15 fun ways to display kids artwork
Displaying your kids’ artwork
The creative output from little ones can be both inspiring and overwhelming in equal measures.
How to store and display these treasured artworks in a way that suits your home?
Finding creative solutions that will allow you to showcase favourite pieces without compromising on the design of your living spaces can be a challenge.
With a little ingenuity and creativity, though, you can incorporate these artworks into your home in fun and tasteful ways.
As a professional family photographer, I’m often advising families on which framing options would be best for creating wall art.
As a mum, though, I’m also engaged in a daily process of displaying my daughter’s artworks and creations.
Below are a selection of some of the best ideas I’ve come across.
Let me know if you’ve tried any, or if you’ve got other ideas up your sleeve to share!
For a fun and relaxed way of displaying kids artwork, how about using washi tape? Mark out little rectangles and Blu-tack the artworks within those frames. Choose different coloured tapes to create a really vibrant wall, or choose a couple of similar colours to keep things more low-key.
Framing lots of your children’s artworks and hanging them together is great for their self-esteem, and also contains the artwork in one area of your home.
If you have the wall space – say up the stairs, or along a landing – consider buying a heap of frames to hang in an eye-catching cascade.
For a more geometric approach, buy lots of exactly the same frame and hang them in a grid. Voila, your very own museum display!
Hanging a set of clipboards on the wall is such a fun way of displaying your kids artwork.
It’s so easy to slide a new drawing in, it’s a very versatile solution.
Choose vintage style clipboards for more of a designed look, or brighter clipboards if you’re hanging them in your children’s bedrooms.
Bull dog clips:
Hang a bull dog clip from a screw in the wall, and you can simply hang your children’s artwork from the clip.
Easy to change, and discreet!
Plus, you can add more and more clips to the wall as the mood takes you.
Using float shelves is an elegant way of showing lots of little drawings and pictures.
You can either stand them loose against the wall, or get some little frames to hold the most prized artworks:
Ok, it’s not exactly a new idea, but an enormous cork board can hardly be overlooked!
What better feeling is there than pushing a pin into a lovely squishy pinboard, staking out a place on it for your latest treasure?
Cork floor tiles come in large sections and can be hung on the wall to create an enormous pin board for your little artist, or side by side in a grid.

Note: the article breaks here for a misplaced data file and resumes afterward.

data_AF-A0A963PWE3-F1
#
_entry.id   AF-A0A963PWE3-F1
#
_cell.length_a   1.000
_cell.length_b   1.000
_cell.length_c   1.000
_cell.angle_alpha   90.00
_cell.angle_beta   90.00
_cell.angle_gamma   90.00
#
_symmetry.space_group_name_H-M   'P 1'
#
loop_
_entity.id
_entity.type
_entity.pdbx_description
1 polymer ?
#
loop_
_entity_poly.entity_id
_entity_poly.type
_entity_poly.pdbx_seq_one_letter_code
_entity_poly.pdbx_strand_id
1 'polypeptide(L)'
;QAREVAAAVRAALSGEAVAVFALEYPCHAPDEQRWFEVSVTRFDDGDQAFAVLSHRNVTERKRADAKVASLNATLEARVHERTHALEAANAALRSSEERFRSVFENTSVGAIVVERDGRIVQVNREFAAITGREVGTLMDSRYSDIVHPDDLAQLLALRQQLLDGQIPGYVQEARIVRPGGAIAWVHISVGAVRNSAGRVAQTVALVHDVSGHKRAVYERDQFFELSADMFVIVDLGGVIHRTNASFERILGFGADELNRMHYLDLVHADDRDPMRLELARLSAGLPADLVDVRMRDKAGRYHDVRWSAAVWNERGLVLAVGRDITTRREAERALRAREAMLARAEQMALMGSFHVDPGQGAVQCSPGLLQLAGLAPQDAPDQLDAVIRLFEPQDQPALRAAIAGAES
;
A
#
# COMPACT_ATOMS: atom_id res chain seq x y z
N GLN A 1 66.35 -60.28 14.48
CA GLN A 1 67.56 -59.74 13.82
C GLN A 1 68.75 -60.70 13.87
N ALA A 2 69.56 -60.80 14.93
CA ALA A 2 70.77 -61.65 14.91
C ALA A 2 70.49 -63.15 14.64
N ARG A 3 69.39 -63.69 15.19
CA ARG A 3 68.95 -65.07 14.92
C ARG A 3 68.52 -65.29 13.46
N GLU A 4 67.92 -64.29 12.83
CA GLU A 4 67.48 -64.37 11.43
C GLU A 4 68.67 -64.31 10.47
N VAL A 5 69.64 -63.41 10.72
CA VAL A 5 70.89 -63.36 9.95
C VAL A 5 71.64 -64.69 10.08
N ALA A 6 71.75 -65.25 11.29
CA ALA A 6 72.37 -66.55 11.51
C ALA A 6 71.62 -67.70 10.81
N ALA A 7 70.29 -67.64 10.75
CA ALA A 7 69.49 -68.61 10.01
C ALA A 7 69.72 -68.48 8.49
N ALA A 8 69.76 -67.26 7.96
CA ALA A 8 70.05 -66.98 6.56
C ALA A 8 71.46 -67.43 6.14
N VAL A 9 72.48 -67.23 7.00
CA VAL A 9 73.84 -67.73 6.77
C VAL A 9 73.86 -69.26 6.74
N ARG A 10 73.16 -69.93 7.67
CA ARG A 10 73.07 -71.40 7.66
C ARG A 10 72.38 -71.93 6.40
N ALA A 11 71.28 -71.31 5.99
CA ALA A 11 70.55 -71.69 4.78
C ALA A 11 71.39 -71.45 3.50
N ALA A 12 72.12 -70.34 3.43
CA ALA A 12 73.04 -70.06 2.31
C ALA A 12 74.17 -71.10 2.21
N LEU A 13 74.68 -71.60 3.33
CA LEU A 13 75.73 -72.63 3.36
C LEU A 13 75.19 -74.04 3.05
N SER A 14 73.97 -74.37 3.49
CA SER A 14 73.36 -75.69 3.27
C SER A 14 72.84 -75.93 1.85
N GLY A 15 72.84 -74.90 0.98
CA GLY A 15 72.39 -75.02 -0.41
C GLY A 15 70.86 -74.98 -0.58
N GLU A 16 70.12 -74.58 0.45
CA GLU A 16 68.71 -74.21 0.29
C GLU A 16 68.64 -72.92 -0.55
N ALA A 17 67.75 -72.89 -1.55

I can’t get enough of peg boards at the moment!
A very simple but charming idea is to use a clothes hanger – those ones with clips to hold trousers.
This looks striking just with one hanger, but you could hang a few together on one wall.
Choose coloured hangers for a bright look, or a simple wooden hanger for a more restrained style.
String with clips:
Attaching clips to string is such a fun way of hanging paintings and drawings:
Take it one step further by attaching the string to boards.
They’re easy to enough to make yourself with reclaimed wood (check out your neighbour’s skip for a floor board! Just ask their permission before taking anything) and some pretty pegs.
Clothes pegs also look great.
Photograph or scan artwork to collage and frame:
A great way of reducing the space taken up by storing all this artwork is to photograph it, or scan it.
There are some handy tips on how best to do that here: http://simpleasthatblog.com/2015/05/photographing-childrens-artwork.html
Or, if you’re pressed for time (and really, who isn’t), there are creatives who will collage scans of the digital collages for you to print and frame, such as https://www.etsy.com/uk/listing/214767062
Creating a collage of the digital versions is a fun way of showing all the different colours and materials that your little one has been using, and can be a great way of tying lots of different effects together.
Framing the digital versions takes up hardly any space at all, and if you’re feeling ruthless enough you can bin the original artworks once they’ve been scanned.
Shower curtain kits:
Even the humble Ikea shower curtain ring kit can be re-purposed as a simple gallery. Instead of hanging a shower curtain from the hooks, hang the sculptures and pictures your little ones come home with from nursery or school!
It’s especially well suited to the kitchen where metal can be found around the room anyway – it’d be a bit tough looking for most bedrooms or living rooms.
Paint your own frames:
You could also paint your own frames directly onto the wall – this is in all likelihood one for your children’s bedroom as it might become very, very colourful!
Get your kids involved with this one. What could be more fun than decorating the frames – just remind them that painting on the walls is a special and unusual event!
An alternative to framing a collage is to create a picture book of the artworks – such a lovely thing to keep on your book shelves!
Check out Bob Books for lovely paper and print quality.
There are some great articles on Houzz with more inspiration for displaying your kids’ artworks:
I hope you’ve found this round-up of stylish ways of curating your child’s art helpful and inspiring.
I’d love to know if you try any of these, do send me a photo if you do.